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In a previous life, Silvio & Catalina Messana were New Yorkers. There had always been this beautiful farm in Tuscany outside of Florence where Silvio’s mother lived. They visited yearly. His father had planted vineyards there in the early 70’s. Since his death, his mother looked after them and sold the grapes to a local negociant. In the mid-90’s, Silvio’s mother was ill and Silvio’s family decided to move back to be near her. By this time, Silvio already had developed a passion for wine in the United States. With the certain impossibility of finding an affordable rent in New York and 3 growing sons, Silvio & Catalina decided to stay on after his mother’s death, turning the Chianti Classico farm into their home with a portion of the farm converted as a half-year bed-and-breakfast. Silvio immediately began working on the vineyards himself.
Catalina was against using any chemicals on the farm, insisting there must be a better way. Gradually through introductions to winemakers outside of the region who were using biodynamic vineyard practices (among them Nicolas Joly, Stefano Bellotti of Cascina degli Ulivi and, inidrectly, Sandro Sangiorgio, the director of the wine magazine Porthos), Silvio began to lose his fears and have faith that it was possible. Their advice led the Messanas to take the leap into natural farming and seeking a way to make the wine without the use of added yeasts or other additives and enhancers. In the meantime, piece by piece, Silvio built a winemaking facility with his own hands (there was a small winemaking “garage” on the estate before) and things fell into place.
In the vineyards, Silvio has old and younger vines of Sangiovese and Canaiolo with plantings of Colorino, Cabernet and Merlot and even a little Petit Verdot. The vineyard is contiguous surrounding the farm and is on the south bank of a ravine, or borro, where there is sunlight on the vines all day long. 2003 was the first vintage fully vinified using only the grapes own yeasts. After the 2002 harvest which had frost in the spring and hail in the summer, the heat of 2003 was almost pleasant (it’s always hot here in summer), and the harvest was pretty normal, with good, healthy fruit. (Subsequent harvest reports are available in the HARVEST REPORTS section of this website.)
In the spring of 2004 while visiting Montesecondo, we tasted a vat of 2003 Sangiovese and Canaiolo that was still in tank (no wood). It was juicy, bright and delicious and, in every respect, it showed itself a Chianti. I mentioned that it would be delicious bottled like this; Silvio agreed, but shook his head. It would be complicated. Then a little later at lunch, I popped a Ruché from our producer in Colli Astigiani that was bottled briefly following a time in large, very neutral barrels (basically a tank wine). It was charming and incredibly drinkable, not simple, but not overly complex. Silvio was inspired by its unpretentiousness. I left their house that day, and Silvio was deeply considering the idea of doing a tank bottling of Chianti.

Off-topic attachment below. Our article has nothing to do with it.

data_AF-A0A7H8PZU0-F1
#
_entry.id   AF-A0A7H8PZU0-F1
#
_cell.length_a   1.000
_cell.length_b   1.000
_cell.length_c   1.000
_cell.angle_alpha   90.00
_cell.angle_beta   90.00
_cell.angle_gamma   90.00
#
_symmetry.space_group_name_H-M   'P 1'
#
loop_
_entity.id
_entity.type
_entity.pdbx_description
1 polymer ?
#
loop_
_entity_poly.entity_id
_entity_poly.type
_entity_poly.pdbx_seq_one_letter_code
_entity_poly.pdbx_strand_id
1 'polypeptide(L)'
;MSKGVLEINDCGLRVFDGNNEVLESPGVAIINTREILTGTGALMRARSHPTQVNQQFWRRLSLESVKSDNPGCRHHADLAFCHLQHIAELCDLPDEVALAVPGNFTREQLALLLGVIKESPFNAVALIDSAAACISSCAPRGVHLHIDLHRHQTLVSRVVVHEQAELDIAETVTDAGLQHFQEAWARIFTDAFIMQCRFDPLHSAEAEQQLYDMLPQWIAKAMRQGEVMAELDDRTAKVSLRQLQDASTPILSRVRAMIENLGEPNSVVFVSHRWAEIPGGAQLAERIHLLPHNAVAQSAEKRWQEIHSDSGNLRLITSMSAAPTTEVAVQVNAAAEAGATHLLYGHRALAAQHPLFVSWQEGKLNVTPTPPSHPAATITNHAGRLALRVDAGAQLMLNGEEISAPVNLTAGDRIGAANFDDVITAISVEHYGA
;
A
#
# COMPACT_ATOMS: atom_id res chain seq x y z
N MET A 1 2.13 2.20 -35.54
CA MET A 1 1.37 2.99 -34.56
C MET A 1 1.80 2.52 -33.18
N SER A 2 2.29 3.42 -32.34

In the fall, Silvio told me that it was bottled. He also said it did not pass for DOCG status first for too much color and on the second submission for lack of color. Paolo di Marchi at Isole e Olena had submitted his Chianti Classico bottling twice and had been denied the DOCG for the same reason. Paolo de Marchi submitted a third time and his wine passed; Silvio decided to forgo the third attempt and bottle the wine as Toscano Rosso IGT. (It's allowed to declassify Chianti Classico to Chianti, but this decision must be made by the end of November following the harvest. Past this deadline Chianti Classico can only be declassified to IGT Rosso.) On a more consistant note, his submitted bottles for Chianti Classico, with samples from oak barrels, have never had any problem receiving the DOCG.
The curious thing here is that now all sorts of nontraditional Chianti grapes – including Merlot, Cabernet and other non-indigenous types – and barrique treatments are allowed for DOCG Chianti Classico. At the same time a wine made just using Sangiovese and Canaiolo grapes grown in Chianti Classico soils and vinified in the method of older chianti traditions (tank or large Slavonian oak barrels) are deemed "atypical" and are being denied the right to use the Chianti or Chianti Classico name. This is the state of the bureaucracy’s influence on the denominazioni of Italy (it's an even bigger problem in some appellations of France) and how the idea of the DOCG's identity, its "typicity", is being reshaped to a new market-based ideal that has no bearing on the traditions of the region.
Wine Notes: 100% Sangiovese. This is Montesecondo's largest production and always the first release of the vintage. Silvio has two separate properties: both are biodynamically farmed and both lie in the San Casciano zone of Chianti Classico but are quite different from each other. The original family vineyard, generally referred to as "Montesecondo", is lower-altitude, warmer, flatter and with heavier clay soils in the town of Cerbaia; the newer one, referred to as Vignano for the name of the tiny village, is up at 500 meters and is cooler, hillier and rich in limestone. The fruit for the IGT comes from both properties, often from the younger vines and always picked earlier than the Chianti and the "Tin" red. Harvest is by hand and the bunches are mostly but not all destemmed, with varying proportions of whole bunches layered with whole berries in the concrete fermentation tank. The juice ferments spontaneously with natural yeasts and no sulfur. The maceration is shorter than for the Chianti and there are no punchdowns or other extractive measures. Aging is in concrete tank for about a year.
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